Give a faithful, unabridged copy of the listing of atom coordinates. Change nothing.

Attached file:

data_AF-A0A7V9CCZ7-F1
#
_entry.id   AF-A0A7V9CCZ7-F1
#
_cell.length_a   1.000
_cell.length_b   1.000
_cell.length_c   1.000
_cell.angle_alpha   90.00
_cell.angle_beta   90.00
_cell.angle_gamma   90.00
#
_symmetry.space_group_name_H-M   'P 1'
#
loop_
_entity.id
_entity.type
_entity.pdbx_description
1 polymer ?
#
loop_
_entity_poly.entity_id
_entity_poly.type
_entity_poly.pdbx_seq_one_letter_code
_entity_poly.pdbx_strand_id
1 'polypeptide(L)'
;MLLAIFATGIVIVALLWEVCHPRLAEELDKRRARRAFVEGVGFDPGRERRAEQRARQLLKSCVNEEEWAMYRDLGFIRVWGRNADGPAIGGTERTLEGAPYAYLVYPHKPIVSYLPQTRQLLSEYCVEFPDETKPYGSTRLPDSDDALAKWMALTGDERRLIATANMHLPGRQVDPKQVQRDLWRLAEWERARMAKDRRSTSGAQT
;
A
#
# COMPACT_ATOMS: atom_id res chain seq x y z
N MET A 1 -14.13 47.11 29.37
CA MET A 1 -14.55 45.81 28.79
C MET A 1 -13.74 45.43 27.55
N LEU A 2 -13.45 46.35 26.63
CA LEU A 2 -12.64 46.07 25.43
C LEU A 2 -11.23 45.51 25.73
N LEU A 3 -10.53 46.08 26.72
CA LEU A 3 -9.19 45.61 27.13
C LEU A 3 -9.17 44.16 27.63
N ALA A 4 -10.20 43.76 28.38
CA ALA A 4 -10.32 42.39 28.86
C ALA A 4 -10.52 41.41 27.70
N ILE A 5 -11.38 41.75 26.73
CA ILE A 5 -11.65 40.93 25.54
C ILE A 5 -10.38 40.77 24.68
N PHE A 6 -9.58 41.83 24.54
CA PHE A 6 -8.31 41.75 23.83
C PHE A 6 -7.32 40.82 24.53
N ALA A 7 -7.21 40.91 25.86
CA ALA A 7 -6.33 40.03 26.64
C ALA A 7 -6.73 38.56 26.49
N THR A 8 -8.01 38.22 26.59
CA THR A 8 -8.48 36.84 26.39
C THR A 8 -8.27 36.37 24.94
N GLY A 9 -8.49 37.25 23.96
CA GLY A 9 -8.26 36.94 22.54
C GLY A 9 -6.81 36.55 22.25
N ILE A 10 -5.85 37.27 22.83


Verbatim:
data_AF-A0A7V9CCZ7-F1
#
_entry.id   AF-A0A7V9CCZ7-F1
#
_cell.length_a   1.000
_cell.length_b   1.000
_cell.length_c   1.000
_cell.angle_alpha   90.00
_cell.angle_beta   90.00
_cell.angle_gamma   90.00
#
_symmetry.space_group_name_H-M   'P 1'
#
loop_
_entity.id
_entity.type
_entity.pdbx_description
1 polymer ?
#
loop_
_entity_poly.entity_id
_entity_poly.type
_entity_poly.pdbx_seq_one_letter_code
_entity_poly.pdbx_strand_id
1 'polypeptide(L)'
;MLLAIFATGIVIVALLWEVCHPRLAEELDKRRARRAFVEGVGFDPGRERRAEQRARQLLKSCVNEEEWAMYRDLGFIRVWGRNADGPAIGGTERTLEGAPYAYLVYPHKPIVSYLPQTRQLLSEYCVEFPDETKPYGSTRLPDSDDALAKWMALTGDERRLIATANMHLPGRQVDPKQVQRDLWRLAEWERARMAKDRRSTSGAQT
;
A
#
# COMPACT_ATOMS: atom_id res chain seq x y z
N MET A 1 -14.13 47.11 29.37
CA MET A 1 -14.55 45.81 28.79
C MET A 1 -13.74 45.43 27.55
N LEU A 2 -13.45 46.35 26.63
CA LEU A 2 -12.64 46.07 25.43
C LEU A 2 -11.23 45.51 25.73
N LEU A 3 -10.53 46.08 26.72
CA LEU A 3 -9.19 45.61 27.13
C LEU A 3 -9.17 44.16 27.63
N ALA A 4 -10.20 43.76 28.38
CA ALA A 4 -10.32 42.39 28.86
C ALA A 4 -10.52 41.41 27.70
N ILE A 5 -11.38 41.75 26.73
CA ILE A 5 -11.65 40.93 25.54
C ILE A 5 -10.38 40.77 24.68
N PHE A 6 -9.58 41.83 24.54
CA PHE A 6 -8.31 41.75 23.83
C PHE A 6 -7.32 40.82 24.53
N ALA A 7 -7.21 40.91 25.86
CA ALA A 7 -6.33 40.03 26.64
C ALA A 7 -6.73 38.56 26.49
N THR A 8 -8.01 38.22 26.59
CA THR A 8 -8.48 36.84 26.39
C THR A 8 -8.27 36.37 24.94
N GLY A 9 -8.49 37.25 23.96
CA GLY A 9 -8.26 36.94 22.54
C GLY A 9 -6.81 36.55 22.25
N ILE A 10 -5.85 37.27 22.83